Mission specialists Andrew Feustel and Greg Chamitoff began the first of four spacewalks planned for space shuttle Endeavour's STS-134 mission at 2:10 a.m. CDT on Friday.
The 245th spacewalk made by U.S. astronauts and the 156th in support of space station assembly and maintenance, this is the fourth for Feustel and the first for Chamitoff.
"Drew, I just wanted to say welcome back to open space," radioed Mike Fincke, who as the intravehicular officer is choreographing the activities and coordinating communications between the spacewalkers and Mission Control in Houston.
"And Taz, congratulations on being the 201st human being to be in outer space. I waited a long time to say those words to you." said Fincke.
"Thanks Spanky," responded Chamitoff. "As you know it's a dream come true for me. It would be for anybody, the first or the 201st."
"Welcome to space, buddy," added Feustel.
Once outside the space station's Quest
airlock, Feustel and Chamitoff set about completing their first task: retrieving two suitcase-sized test beds, the Materials International Space Station Experiments, or MISSEs, 7A and 7B, for their return to Earth in Endeavour's payload bay.
To remove the experiments, each spacewalker disconnected one power cable, closed the experiment, removed two pins holding it in place, and carried it back to the shuttle for return home. Chamitoff retrieved MISSE 7B, and Feustel moved MISSE 7A.
"It is good to know that MISSE 7A and B are safe in the payload bay," said Chamitoff. "They have been out here for a year and a half. They are good experiments so I am very, very glad that they are safely back in the payload bay."
Chamitoff and Feustel stored the two MISSEs opposite from each other on the side of Endeavour's cargo bay, securing them using two latches.
Feustel then retrieved MISSE 8, which was launched on Endeavour, and carried it back to the ExPRESS Logistics Carrier 2 for installation in the place 7A had been. He installed two pins to hold the experiment in place, opened the experiment and connected two power cables.
"Good work with the MISSEs," Fincke told the spacewalkers. "I am sure the Materials on ISS Experiments team is really happy today."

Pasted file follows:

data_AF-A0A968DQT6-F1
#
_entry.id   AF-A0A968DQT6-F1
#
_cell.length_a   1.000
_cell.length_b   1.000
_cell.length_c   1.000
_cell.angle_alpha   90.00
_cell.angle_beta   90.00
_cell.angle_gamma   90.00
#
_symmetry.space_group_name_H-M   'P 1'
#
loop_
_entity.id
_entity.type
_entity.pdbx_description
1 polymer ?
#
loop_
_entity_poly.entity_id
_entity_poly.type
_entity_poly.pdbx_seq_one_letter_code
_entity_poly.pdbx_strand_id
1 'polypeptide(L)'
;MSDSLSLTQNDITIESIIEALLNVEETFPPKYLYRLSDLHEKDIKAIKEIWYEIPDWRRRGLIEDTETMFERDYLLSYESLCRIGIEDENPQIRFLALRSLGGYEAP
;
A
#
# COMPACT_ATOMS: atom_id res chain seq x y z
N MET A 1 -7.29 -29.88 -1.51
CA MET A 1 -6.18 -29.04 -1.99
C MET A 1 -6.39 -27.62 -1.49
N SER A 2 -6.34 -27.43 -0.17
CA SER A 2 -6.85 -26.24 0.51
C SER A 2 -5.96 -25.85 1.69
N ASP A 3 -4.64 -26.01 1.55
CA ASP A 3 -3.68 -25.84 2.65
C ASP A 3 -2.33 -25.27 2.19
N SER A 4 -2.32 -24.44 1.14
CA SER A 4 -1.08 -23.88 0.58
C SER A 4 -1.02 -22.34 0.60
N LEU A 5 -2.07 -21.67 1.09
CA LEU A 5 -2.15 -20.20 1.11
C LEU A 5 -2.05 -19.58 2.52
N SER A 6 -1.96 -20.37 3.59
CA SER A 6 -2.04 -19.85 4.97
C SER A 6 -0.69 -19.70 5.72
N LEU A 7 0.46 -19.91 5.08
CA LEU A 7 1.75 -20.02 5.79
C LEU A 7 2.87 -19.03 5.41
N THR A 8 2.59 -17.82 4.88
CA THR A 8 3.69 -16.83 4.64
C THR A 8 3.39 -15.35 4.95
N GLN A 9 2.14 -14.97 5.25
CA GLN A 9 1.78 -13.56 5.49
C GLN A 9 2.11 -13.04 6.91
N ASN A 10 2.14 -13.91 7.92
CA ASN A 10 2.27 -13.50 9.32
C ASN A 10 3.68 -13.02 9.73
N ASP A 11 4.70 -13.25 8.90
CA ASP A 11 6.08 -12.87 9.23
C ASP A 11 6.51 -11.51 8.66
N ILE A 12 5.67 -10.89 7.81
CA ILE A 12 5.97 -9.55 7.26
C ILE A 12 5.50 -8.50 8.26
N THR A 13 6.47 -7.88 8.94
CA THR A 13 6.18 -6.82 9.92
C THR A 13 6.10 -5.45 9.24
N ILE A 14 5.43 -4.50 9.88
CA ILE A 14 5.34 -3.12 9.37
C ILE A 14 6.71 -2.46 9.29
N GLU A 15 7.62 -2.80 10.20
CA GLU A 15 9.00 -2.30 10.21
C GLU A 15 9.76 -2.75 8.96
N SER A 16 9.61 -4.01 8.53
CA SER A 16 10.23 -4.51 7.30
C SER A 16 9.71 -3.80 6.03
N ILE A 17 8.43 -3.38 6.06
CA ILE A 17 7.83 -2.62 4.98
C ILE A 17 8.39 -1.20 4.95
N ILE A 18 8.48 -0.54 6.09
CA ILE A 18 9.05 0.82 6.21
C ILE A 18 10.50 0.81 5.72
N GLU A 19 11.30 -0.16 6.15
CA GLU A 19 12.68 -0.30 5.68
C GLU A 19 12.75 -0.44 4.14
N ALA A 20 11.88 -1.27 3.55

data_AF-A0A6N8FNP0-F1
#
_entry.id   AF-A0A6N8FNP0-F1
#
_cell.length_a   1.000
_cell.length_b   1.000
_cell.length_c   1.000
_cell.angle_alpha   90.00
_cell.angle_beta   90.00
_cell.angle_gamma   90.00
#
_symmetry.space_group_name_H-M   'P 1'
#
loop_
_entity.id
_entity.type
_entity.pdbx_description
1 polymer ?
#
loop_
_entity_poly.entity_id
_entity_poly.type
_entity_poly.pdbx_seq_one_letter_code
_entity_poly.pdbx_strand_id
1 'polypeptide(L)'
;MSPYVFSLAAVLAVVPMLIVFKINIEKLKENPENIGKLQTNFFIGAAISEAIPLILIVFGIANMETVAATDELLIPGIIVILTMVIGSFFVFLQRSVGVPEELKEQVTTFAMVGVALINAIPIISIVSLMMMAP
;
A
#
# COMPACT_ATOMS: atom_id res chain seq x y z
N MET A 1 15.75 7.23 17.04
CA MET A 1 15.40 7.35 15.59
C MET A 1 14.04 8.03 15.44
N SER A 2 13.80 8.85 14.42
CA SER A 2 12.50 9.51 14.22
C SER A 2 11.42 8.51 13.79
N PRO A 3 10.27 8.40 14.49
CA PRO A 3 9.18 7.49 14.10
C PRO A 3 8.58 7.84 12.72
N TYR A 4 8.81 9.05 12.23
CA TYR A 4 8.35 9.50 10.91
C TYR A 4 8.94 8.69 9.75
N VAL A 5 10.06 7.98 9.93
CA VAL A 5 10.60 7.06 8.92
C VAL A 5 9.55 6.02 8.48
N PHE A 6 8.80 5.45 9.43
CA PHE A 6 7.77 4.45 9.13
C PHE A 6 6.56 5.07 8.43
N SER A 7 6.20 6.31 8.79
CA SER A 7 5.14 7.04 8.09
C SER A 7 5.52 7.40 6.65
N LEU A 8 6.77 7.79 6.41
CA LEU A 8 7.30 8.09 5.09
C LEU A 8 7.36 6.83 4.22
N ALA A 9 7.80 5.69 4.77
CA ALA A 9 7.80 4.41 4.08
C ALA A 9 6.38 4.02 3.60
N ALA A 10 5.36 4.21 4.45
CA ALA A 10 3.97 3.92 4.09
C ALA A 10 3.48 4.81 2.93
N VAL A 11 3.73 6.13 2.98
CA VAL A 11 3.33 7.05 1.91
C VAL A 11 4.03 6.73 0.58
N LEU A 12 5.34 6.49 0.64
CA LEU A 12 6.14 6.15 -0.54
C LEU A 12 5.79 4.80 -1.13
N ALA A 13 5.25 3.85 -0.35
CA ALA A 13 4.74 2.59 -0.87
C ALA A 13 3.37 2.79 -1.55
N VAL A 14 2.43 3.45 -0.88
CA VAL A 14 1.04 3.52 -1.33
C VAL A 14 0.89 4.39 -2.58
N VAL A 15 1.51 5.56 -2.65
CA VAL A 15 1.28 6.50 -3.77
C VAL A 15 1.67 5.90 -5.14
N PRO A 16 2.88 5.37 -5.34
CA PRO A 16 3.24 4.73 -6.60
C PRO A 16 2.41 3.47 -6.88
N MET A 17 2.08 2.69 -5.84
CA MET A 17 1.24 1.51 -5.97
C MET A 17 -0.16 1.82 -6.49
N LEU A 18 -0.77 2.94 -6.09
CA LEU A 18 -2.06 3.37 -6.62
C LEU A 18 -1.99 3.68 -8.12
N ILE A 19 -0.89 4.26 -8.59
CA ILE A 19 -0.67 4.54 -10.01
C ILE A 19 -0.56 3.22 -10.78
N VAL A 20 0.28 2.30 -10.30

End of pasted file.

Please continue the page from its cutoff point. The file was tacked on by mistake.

"Glad we could be of service," said Drew.
"That is also another major mission milestone for us, so congratulations boys," said Fincke.
With the MISSEs in place, the spacewalkers separated to complete other tasks.
Chamitoff installed a crew equipment and translation aid (CETA) cart light on the starboard 3 (S3) segment of the station's truss. He used one bolt to secure the light to the cart, and hooked up one power cable.
Meanwhile Feustel tightened six bolts holding a cover on one face of the S3 solar alpha rotary joint. It was removed during a 2007 spacewalk.
About two-and-a-half hours into the spacewalk, Chamitoff returned to the airlock to recharge his spacesuit's oxygen supply while Feustel set-up for their next objective, preparing for the work that he and Fincke will perform on the mission's second spacewalk to top off the ammonia coolant in the station's P6 photovoltaic thermal control system loop.
The spacewalkers and their space shuttle crewmates began their day at 9:30 p.m. on Thursday with the song "We All Do What We Can Do."
The song, which was played for Fincke, was written by thermal protection system engineer Dan Keenan and Kenny McLaughlin, a Kennedy Space Center launch pad engineer. The two shuttle workers created the song to honor those who have helped make the space program a success.
In a note to Fincke they wrote, "Together as dedicated individuals we did what we could do to help."